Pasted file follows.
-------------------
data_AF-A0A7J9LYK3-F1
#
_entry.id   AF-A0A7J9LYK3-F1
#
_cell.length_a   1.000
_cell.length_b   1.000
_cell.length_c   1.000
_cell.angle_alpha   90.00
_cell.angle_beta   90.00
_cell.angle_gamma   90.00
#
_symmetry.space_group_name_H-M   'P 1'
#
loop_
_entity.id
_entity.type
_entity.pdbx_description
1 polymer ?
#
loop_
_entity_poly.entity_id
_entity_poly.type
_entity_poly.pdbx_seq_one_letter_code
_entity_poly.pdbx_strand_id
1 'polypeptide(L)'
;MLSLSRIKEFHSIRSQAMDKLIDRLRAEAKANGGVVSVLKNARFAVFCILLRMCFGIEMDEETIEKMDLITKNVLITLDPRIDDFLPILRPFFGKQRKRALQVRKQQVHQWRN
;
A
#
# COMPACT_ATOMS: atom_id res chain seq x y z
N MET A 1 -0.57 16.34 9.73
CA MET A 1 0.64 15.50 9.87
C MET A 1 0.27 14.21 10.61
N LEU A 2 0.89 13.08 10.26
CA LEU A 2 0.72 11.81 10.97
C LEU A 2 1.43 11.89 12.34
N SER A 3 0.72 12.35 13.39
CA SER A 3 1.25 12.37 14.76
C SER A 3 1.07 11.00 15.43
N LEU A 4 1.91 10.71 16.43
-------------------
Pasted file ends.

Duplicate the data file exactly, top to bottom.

data_AF-A0A7J9LYK3-F1
#
_entry.id   AF-A0A7J9LYK3-F1
#
_cell.length_a   1.000
_cell.length_b   1.000
_cell.length_c   1.000
_cell.angle_alpha   90.00
_cell.angle_beta   90.00
_cell.angle_gamma   90.00
#
_symmetry.space_group_name_H-M   'P 1'
#
loop_
_entity.id
_entity.type
_entity.pdbx_description
1 polymer ?
#
loop_
_entity_poly.entity_id
_entity_poly.type
_entity_poly.pdbx_seq_one_letter_code
_entity_poly.pdbx_strand_id
1 'polypeptide(L)'
;MLSLSRIKEFHSIRSQAMDKLIDRLRAEAKANGGVVSVLKNARFAVFCILLRMCFGIEMDEETIEKMDLITKNVLITLDPRIDDFLPILRPFFGKQRKRALQVRKQQVHQWRN
;
A
#
# COMPACT_ATOMS: atom_id res chain seq x y z
N MET A 1 -0.57 16.34 9.73
CA MET A 1 0.64 15.50 9.87
C MET A 1 0.27 14.21 10.61
N LEU A 2 0.89 13.08 10.26
CA LEU A 2 0.72 11.81 10.97
C LEU A 2 1.43 11.89 12.34
N SER A 3 0.72 12.35 13.39
CA SER A 3 1.25 12.37 14.76
C SER A 3 1.07 11.00 15.43
N LEU A 4 1.91 10.71 16.43